Security can seem like a tightrope at times.
Obviously, too little security is a bad thing (I considered including examples, but there are too many to choose from). However, too much security can be dangerous too.
If security makes a system too difficult to use, users will start to work around it. They'll write down their impossible-to-remember passwords, share their user accounts with colleagues, install back-doors into the system, smuggle data onto their laptops, make copies of the office store room key, you name it! None of it's malicious, but these workarounds open doors for hackers.
Now, if this were just a human problem, then you could kid yourself that this is really just a question of enforcement. The funny thing is, with technology getting smarter, it's not just people working around your security system - the computers are doing it too.
A common "security" measure for Wi-Fi is to use a "hidden" Wi-Fi network. This is a network that doesn't announce its name, so clients have to enter the name of the network manually, in order to connect. Now, the words "security" and "hidden" are in quotes for a good reason (at most, it'll slow an attacker down), but things get worse when you consider how devices actually connect to your network. Since your network isn't announcing its presence, devices have no choice but to call out for it. But devices don't know if your network is in range until they call for it. So these devices are constantly calling out for your network - on the train, in Starbucks, all over the place. Already, this is good for hackers, as they can sit in a coffee shop and get information about Wi-Fi networks all across the city, but they can do more than that: they can answer the calls, and trick devices into talking to them.
Now, you might point out that hidden networks aren't really a security measure. They're obfuscation at best. But there are lots of similar obfuscation techniques, that are widely recommended as genuine security techniques: blocking pings, removing version information, automated code obfuscation, MAC filtering, obscure TCP ports, Citrix access, and many others. These other techniques don't force devices to work around them, so they're not as harmful as hidden networks, but they may well force users to work around them, which is almost as bad, as none of them offer much security themselves.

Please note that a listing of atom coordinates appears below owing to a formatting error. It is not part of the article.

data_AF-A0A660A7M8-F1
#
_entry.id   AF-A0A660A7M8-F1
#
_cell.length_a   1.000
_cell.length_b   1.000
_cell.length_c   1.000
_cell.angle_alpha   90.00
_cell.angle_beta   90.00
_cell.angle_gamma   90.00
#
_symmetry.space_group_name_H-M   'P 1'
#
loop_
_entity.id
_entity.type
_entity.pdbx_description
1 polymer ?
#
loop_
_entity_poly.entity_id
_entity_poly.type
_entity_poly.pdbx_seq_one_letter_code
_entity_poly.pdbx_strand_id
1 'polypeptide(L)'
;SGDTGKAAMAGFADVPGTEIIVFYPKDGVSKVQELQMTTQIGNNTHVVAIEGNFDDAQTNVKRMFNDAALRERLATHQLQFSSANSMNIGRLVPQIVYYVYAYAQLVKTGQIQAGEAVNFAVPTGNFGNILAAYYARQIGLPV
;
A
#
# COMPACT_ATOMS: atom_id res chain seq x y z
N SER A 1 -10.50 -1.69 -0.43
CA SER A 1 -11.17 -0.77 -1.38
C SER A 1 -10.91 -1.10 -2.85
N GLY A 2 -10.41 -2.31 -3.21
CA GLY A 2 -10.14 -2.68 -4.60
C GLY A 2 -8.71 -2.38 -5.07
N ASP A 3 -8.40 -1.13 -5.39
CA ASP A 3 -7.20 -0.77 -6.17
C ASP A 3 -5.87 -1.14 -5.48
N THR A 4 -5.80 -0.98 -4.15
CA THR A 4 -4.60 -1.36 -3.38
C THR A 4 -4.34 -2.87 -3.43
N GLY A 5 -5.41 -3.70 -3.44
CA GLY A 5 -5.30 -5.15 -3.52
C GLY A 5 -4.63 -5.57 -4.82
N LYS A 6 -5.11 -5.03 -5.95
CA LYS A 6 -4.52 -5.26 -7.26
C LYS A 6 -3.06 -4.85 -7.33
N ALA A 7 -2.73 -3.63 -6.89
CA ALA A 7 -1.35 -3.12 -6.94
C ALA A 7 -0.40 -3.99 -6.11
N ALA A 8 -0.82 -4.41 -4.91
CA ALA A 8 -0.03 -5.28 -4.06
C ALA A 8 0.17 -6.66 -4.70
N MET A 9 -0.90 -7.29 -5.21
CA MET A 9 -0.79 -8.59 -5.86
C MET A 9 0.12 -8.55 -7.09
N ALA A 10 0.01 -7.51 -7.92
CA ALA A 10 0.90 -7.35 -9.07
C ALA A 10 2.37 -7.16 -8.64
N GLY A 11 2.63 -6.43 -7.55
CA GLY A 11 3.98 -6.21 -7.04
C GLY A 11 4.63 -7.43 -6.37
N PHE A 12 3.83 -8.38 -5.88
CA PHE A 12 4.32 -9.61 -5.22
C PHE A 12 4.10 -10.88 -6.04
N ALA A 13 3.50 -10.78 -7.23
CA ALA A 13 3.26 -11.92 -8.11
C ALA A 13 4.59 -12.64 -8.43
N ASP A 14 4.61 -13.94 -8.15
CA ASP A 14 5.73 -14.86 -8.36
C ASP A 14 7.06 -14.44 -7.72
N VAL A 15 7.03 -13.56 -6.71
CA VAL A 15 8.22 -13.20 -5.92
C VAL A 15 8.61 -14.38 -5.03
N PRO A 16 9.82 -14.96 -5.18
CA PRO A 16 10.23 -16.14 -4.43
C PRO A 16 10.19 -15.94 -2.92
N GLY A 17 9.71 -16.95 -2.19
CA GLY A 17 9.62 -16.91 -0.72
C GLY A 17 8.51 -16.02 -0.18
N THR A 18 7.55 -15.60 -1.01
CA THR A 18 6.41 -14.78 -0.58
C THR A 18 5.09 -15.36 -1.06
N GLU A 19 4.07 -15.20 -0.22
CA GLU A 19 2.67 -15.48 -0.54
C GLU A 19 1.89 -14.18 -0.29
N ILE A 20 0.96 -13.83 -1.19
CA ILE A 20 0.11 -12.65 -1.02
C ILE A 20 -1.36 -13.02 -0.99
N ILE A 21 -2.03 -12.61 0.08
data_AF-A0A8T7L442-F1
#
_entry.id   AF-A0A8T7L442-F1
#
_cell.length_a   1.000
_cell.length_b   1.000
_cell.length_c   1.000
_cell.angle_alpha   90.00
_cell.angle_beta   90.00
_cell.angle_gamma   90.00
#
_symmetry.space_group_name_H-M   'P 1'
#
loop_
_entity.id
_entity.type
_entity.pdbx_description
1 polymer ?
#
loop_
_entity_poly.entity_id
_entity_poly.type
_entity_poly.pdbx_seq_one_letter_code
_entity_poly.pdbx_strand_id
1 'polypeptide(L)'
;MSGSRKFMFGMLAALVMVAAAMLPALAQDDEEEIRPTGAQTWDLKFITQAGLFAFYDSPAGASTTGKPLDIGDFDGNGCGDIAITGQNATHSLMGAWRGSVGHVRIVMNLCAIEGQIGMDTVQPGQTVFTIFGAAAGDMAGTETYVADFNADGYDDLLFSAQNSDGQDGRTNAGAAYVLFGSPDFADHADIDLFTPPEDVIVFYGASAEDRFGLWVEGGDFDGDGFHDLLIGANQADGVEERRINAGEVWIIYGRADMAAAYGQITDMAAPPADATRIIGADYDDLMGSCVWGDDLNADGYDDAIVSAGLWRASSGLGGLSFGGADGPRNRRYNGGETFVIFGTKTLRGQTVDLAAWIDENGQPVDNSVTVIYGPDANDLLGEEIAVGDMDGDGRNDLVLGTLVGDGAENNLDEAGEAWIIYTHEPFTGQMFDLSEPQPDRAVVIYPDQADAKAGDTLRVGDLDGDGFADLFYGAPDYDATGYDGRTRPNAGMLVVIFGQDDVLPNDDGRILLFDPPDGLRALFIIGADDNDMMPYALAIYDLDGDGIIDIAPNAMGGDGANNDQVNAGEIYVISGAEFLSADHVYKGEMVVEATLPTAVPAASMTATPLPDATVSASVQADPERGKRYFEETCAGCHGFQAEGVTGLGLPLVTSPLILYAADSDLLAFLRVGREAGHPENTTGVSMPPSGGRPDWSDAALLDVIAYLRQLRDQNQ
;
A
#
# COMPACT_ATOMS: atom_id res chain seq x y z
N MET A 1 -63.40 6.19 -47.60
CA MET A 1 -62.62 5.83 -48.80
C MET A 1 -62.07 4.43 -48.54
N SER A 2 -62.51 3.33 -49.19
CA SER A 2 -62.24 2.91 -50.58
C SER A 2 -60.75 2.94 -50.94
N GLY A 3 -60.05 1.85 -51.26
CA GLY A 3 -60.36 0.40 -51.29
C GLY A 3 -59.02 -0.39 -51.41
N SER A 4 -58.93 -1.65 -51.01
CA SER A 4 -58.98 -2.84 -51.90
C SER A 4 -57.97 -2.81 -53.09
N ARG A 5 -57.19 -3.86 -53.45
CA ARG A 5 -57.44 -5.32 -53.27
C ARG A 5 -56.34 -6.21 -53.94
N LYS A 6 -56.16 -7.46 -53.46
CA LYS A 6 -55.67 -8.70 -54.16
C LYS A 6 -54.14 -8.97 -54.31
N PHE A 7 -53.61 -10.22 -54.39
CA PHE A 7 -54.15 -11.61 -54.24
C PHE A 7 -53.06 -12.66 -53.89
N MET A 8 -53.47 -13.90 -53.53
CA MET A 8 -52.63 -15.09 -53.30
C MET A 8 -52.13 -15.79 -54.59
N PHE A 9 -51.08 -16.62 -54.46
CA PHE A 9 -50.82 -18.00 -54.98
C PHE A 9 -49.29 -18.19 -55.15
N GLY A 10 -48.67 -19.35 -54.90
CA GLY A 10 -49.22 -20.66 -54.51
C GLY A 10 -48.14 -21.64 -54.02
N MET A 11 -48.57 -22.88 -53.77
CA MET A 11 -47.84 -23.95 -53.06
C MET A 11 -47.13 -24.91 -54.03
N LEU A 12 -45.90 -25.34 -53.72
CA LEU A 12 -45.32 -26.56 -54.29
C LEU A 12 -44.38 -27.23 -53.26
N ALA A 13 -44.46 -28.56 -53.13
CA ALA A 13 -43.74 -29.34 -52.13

There's a third type of workaround, which is neither man nor machine: process workarounds. There's a system I had to work with with once (it was written by Accenture, which tells your something already), which had an impossible to remember password scheme, and forced you to change it with great regularity. I don't think I ever typed the correct password into the box. I always just ended up using the password reset mechanism, which needed my first school and mother's maiden name. So my de facto password was an easily learned piece of personal information - exactly the sort of thing you should never use as a password. These side channels are a very real security threat - as Mat Honan can attest.
So what's the solution? I think the key point is to make sure you're getting enough "bang for your buck" out of your security scheme.
Obfuscation schemes are usually poor value, as they're not difficult to defeat, and they can make systems harder to use and debug. They're particularly problematic, as obfuscation schemes are often deployed when no-one can think of any better way to secure the system. Some systems deliberately avoid using obfuscation, to avoid a false sense of security.
Passwords are reasonably good (although passphrases are better), but there's still a danger of brute force attacks against passwords. You can reduce the risk of passwords being brute forced by requiring them to be changed regularly (this is poor value - users will hate it, and they'll probably just change it to "password1", "password2", etc), or by using the best modern password algorithms (this is good value - PBKDF2 or scrypt make passwords much harder to brute force, and are totally invisible to the user), ideally in conjunction with rate limited login attempts (also good value).
SSL and SSH are good value security mechanisms. You can also add public key authentication to SSL and SSH, but this may or may not be good value, depending on your user base - tech savvy users will like the fact that they no longer need a password, but non-technical users will be baffled by certificates. If not, keyrings and password managers can also be good value (but are utterly terrifying to most IT security departments).
I have misgivings about Kerberos as a security mechanism (it has some weaknesses that people don't like to talk about), but in some cases it can be a good value security mechanism.
If you still need more security, then you can think about rolling out some medium value security techniques, like two factor authentication and RSA secure token. They're effective, but they're a pain, and if your IT helpdesk gets into the habit of just letting people in, they're worse than useless.
Biometrics are famously poor value.
So, think about the threats. Think about your options, and their benefits and downsides. With luck, you'll be able to find a solution which eliminates all the threats, without forcing your users to open the back doors.